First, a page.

There was an auction in Kingston, and Joe Deegan, knowing a commercial property on Broadway was on the block, decided to attend. And having gone, Deegan couldn’t resist bidding. There was only one competitor for the property, and to his surprise Deegan ended up the high bidder at $160,000.
What would he tell his business partner, Bob Ryan, who was in Cape Cod at the time of the auction? The two had discussed how much this large building in midtown Kingston that hadn’t been properly maintained for decades would need in terms of additional investment. They had decided $150,000 should be their upper limit at the auction.
Deegan called Ryan.
“It went for one-sixty, Bob,” Deegan reported. “Would you have bid that much?”
Ryan replied yes, he probably would have.
“Well, that’s good,” said Deegan, “because I did it.”
And that’s part of the story of how Deegan and Ryan came to be the owners of 572 Broadway, at which an exhibit space will be created on Thursday, December 12 from 5:30 p.m. to 7:30 p.m. for 33 —and counting — local businesses, many arts-related, to strut their stuff. Deegan and Ryan have incorporated the former Ulster Lighting building as New Lights on Broadway (Kingston), LLC.
In its heyday, the building was the local hall of the Knights of Pythias, a fraternal organization. Later it housed the Kingston Central Pharmacy and then Ulster Electric. Deegan described stripping away the renovations of the 1950s and underneath them the improvements of the 1930s. Underneath it all, he said, were “great bones.” (Deegan and Ryan would like anyone who has a picture of the original building to contact them.)
“A vacant storefront on Broadway will begin a new chapter in December when it becomes a showcase, temporarily, for all things made in Kingston,” said a press release from Pat Courtney-Strong, guiding light behind the Kingston event and its chief organizer. “The former Ulster Lighting retail store at 572 Broadway will be transformed into an exhibit space for the December 12 Made In Kingston event, a project of New Lights On Broadway LLC and the Business Alliance of Kingston.”
Real-estate broker Deegan and insurance man Ryan have been doubling down on investments in commercial real estate in Kingston over the past two decades. This volatile investment niche is not for the faint-hearted, particularly in a small market such as Kingston. The pair have endured with tenacity its ups and downs, including the recent Great Recession, in which commercial values fell even more steeply in Kingston than in most of the rest of Ulster County.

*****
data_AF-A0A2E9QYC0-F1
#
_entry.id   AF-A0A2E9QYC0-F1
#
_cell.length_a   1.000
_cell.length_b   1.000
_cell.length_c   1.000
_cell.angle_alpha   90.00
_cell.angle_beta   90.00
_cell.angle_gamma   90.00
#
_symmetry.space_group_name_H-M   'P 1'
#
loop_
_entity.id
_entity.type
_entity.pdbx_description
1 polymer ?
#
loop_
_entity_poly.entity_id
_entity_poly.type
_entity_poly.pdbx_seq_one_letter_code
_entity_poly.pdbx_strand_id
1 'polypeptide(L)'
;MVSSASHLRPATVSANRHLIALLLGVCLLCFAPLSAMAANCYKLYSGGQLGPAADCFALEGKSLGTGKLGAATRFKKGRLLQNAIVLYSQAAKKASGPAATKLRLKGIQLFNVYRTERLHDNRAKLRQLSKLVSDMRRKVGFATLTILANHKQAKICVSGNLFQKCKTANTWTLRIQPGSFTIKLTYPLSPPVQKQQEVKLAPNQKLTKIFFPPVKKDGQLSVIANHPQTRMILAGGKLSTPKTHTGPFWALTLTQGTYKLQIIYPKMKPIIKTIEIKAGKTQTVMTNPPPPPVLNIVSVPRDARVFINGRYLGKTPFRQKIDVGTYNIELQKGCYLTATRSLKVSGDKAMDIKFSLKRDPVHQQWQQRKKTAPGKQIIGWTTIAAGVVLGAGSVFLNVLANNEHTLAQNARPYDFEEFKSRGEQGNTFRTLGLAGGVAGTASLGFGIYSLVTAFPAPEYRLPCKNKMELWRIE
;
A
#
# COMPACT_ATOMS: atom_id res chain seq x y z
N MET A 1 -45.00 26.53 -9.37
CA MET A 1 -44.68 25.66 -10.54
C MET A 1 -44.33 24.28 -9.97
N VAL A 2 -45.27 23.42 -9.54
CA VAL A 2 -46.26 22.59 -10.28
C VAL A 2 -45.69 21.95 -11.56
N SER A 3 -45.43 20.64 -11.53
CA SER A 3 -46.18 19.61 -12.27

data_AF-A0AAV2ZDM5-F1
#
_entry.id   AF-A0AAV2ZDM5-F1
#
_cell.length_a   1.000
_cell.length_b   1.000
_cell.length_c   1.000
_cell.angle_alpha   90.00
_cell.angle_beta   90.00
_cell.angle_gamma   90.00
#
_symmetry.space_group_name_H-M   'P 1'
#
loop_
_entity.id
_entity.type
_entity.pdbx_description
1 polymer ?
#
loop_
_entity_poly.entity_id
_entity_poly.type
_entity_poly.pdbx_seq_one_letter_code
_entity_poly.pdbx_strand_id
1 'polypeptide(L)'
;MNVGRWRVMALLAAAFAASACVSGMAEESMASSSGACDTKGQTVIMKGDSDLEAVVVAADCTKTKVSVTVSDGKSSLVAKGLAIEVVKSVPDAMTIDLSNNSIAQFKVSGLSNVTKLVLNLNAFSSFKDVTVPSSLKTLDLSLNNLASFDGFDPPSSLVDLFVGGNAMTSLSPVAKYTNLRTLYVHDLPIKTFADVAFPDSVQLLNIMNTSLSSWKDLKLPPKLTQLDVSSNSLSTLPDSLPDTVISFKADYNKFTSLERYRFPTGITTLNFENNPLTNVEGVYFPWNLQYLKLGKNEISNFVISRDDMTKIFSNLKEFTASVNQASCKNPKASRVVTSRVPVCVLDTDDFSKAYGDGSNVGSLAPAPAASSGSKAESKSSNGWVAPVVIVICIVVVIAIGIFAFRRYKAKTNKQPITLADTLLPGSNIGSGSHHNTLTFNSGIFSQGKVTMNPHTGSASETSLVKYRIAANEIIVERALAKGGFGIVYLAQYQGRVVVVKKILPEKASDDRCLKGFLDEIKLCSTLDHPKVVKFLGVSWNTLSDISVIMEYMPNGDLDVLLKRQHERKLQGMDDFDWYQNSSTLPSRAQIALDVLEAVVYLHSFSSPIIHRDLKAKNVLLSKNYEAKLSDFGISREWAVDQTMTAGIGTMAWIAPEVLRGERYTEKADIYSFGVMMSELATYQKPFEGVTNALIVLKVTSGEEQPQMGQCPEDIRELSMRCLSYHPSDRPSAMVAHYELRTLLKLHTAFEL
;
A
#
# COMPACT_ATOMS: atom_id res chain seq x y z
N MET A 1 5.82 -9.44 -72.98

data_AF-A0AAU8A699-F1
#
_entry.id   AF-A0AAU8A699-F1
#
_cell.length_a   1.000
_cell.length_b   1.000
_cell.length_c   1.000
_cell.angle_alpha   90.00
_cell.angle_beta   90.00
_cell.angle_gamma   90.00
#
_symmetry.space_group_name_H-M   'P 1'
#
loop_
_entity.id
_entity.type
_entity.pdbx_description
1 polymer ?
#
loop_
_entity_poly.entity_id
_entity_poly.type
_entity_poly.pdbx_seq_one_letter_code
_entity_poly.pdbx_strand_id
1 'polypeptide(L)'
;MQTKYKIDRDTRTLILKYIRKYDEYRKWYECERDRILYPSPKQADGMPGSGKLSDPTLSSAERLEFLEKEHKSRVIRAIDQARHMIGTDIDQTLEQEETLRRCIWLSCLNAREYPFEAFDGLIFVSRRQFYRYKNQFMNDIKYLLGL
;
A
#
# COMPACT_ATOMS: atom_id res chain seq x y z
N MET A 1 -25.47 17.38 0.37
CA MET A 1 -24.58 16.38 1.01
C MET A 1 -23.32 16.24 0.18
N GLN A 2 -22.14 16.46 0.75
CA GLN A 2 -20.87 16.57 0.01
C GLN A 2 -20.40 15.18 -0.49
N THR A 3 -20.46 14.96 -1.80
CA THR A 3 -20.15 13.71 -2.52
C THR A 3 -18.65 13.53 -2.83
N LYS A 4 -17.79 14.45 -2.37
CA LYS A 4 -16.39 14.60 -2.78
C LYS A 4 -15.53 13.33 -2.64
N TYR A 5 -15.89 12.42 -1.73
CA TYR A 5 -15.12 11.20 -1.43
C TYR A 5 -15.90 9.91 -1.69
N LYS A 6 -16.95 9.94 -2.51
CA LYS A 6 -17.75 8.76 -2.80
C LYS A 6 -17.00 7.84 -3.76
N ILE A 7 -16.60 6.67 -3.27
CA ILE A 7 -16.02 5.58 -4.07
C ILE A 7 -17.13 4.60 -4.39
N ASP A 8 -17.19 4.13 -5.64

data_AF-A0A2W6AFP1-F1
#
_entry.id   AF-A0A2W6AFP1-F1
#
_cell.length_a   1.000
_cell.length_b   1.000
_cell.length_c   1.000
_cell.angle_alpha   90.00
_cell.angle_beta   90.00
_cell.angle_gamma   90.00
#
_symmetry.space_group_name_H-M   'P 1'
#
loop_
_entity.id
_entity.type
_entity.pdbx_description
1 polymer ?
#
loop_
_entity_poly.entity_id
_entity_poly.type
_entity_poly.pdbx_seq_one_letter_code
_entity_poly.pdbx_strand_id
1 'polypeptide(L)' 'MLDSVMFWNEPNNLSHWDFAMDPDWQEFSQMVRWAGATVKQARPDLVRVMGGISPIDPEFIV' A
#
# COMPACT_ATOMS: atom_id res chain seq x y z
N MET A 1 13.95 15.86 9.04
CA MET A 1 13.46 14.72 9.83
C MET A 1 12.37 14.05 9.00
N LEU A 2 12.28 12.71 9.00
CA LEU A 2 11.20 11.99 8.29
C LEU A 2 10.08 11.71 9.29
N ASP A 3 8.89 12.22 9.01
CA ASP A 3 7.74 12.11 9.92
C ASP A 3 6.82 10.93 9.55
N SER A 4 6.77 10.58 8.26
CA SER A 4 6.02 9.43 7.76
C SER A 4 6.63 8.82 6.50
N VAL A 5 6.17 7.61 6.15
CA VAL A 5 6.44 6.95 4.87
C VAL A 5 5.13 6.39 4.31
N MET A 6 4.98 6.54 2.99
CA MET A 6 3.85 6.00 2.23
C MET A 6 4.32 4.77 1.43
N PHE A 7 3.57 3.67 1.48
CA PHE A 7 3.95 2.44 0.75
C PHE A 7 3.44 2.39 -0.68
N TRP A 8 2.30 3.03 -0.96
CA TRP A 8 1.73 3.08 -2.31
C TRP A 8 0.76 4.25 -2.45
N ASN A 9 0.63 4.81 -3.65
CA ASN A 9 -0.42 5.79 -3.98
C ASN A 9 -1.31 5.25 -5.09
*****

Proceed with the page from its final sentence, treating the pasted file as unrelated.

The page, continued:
Because City of Kingston property taxes for non-residential (“non-homestead”) properties are about double what they are for residential properties, commercial real estate is particularly risky. Because of the tax load and other reasons, initial prices tend not to be high. But the high tax level eats away at expectations of capital appreciation.
The revival of the national market for commercial property has been uneven. Large metropolitan markets in general and particular regions have been recovering. Activity in individual small markets like Kingston has often been spotty.
Born and bred in Kingston, Deegan and Ryan are believers. They see signs of recovery everywhere. “We’re not in this for the short term,” explained Ryan. “We’re long-term investors.”
“Very long-term,” added Deegan, emphasizing the word “very” in a way to leave no doubt of something other than a track record of uninterrupted success.
The pair wants to restore 572 Broadway to its original grandeur. “If you do the right thing in the first place …” began Ryan. Deegan finished the sentence, “… it’ll work out in the very long term.”